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Clin J Pain. 1998 Jun;14(2):148-51.

Symptoms of spinal stenosis do not improve after epidural steroid injection.

Author information

1
Department of Anesthesia, Nagasaki Rosai Hospital, Sasebo Nagasaki, Japan.

Abstract

OBJECTIVE:

This study was carried out to evaluate the therapeutic effect of epidural steroid injection on pseudoclaudication in patients with lumbar degenerative spinal canal stenosis.

DESIGN:

Fifty-three patients who complained of pseudoclaudication of less than 20 m in walking distance were randomly divided into three groups. Group 1 (n = 16) underwent epidural injection with 8 ml of saline. Group 2 (n = 18) underwent epidural block with 8 ml of 1% mepivacaine. Group 3 (n = 19) underwent epidural block with a combination of 8 ml of 1% mepivacaine and 40 mg of methylprednisolone. The criteria of evaluation were as follows: excellent effect, > 100 m in walking distance; good effect, 20-100 m in walking distance; poor effect, <20 m in walking distance.

RESULTS:

In group 1, the numbers of patients who showed a good effect were two (12.5%) after 1 week, one (6.5%) after 1 month, and one (6.5%) after 3 months. In group 2, the numbers of patients who showed a good or excellent result were 10 (55.5%) after 1 week, three (16.7%) after 1 month, and one (5.6%) after 3 months. In group 3, the numbers of patients who showed a good or excellent result were 12 (63.2%) after 1 week, three (15.8%) after 1 month, and one (5.3%) after 3 months. There was no significant difference in the effectiveness of treatment between group 2 and group 3 throughout the time course.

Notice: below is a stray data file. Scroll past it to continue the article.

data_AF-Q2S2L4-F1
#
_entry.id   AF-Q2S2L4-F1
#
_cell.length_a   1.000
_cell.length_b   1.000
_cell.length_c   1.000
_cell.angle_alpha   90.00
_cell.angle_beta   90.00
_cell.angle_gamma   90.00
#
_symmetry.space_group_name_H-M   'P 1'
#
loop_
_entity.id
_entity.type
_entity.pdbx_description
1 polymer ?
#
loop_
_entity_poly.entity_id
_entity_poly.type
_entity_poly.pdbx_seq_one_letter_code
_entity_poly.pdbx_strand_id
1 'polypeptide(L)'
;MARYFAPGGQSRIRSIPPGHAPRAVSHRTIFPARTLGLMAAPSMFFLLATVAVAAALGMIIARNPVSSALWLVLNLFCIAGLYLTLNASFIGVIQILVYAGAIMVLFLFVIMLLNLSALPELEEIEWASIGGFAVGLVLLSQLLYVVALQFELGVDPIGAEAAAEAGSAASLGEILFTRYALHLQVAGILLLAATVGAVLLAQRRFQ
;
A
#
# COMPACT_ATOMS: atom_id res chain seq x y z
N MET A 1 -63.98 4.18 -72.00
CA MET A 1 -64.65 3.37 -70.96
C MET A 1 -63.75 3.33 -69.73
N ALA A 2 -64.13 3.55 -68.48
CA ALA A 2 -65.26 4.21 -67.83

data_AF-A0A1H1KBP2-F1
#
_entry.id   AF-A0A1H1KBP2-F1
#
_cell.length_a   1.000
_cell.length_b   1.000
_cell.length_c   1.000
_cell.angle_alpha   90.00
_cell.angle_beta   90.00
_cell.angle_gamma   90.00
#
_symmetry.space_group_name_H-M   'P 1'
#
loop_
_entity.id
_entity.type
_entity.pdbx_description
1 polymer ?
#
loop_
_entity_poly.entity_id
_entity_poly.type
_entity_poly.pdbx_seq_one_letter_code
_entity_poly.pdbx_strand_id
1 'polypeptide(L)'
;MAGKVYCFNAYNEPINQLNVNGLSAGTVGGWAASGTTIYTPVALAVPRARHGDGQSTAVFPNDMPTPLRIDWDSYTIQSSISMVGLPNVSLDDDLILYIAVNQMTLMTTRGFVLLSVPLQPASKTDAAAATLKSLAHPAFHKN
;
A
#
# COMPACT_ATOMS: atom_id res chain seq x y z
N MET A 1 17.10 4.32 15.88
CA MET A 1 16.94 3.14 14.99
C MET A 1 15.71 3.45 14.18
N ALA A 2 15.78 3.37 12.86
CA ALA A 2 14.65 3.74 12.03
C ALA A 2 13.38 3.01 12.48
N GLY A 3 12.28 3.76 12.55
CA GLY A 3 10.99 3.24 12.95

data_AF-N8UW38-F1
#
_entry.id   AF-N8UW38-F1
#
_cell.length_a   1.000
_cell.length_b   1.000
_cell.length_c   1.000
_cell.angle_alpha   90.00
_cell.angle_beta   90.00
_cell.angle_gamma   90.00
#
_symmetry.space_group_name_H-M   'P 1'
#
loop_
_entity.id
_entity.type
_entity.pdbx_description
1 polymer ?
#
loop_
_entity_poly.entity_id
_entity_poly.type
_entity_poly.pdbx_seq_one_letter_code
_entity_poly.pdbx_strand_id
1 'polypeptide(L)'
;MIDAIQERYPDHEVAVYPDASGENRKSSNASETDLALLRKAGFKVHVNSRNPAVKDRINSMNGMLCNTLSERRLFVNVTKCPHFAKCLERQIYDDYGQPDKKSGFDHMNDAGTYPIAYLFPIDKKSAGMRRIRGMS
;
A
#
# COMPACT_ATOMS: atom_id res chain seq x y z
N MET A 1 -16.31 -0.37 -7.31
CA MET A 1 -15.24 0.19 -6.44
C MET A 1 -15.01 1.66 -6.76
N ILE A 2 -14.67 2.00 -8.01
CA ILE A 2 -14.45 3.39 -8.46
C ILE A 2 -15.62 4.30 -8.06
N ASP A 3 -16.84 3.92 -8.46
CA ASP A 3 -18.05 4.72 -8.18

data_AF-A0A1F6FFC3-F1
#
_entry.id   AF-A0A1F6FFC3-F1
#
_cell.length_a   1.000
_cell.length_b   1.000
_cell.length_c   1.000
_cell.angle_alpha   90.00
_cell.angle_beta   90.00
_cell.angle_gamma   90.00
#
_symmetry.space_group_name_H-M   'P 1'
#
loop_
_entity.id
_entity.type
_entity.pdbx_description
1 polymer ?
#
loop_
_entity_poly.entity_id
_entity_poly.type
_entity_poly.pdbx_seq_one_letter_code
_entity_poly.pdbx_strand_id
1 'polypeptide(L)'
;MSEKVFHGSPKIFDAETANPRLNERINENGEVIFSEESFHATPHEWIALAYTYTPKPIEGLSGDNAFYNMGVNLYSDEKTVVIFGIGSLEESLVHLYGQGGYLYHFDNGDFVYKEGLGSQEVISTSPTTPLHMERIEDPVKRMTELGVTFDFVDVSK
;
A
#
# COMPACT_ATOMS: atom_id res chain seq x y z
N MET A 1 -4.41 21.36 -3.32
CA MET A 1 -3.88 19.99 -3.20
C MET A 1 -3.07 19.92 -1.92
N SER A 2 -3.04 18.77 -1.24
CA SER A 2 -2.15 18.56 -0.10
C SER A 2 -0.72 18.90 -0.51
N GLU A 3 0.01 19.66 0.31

CONCLUSION:

The results suggest that epidural steroid injection has no beneficial effect on the pseudoclaudication associated with spinal canal stenosis as compared with epidural block with a local anesthetic alone.

PMID:
9647457
[Indexed for MEDLINE]

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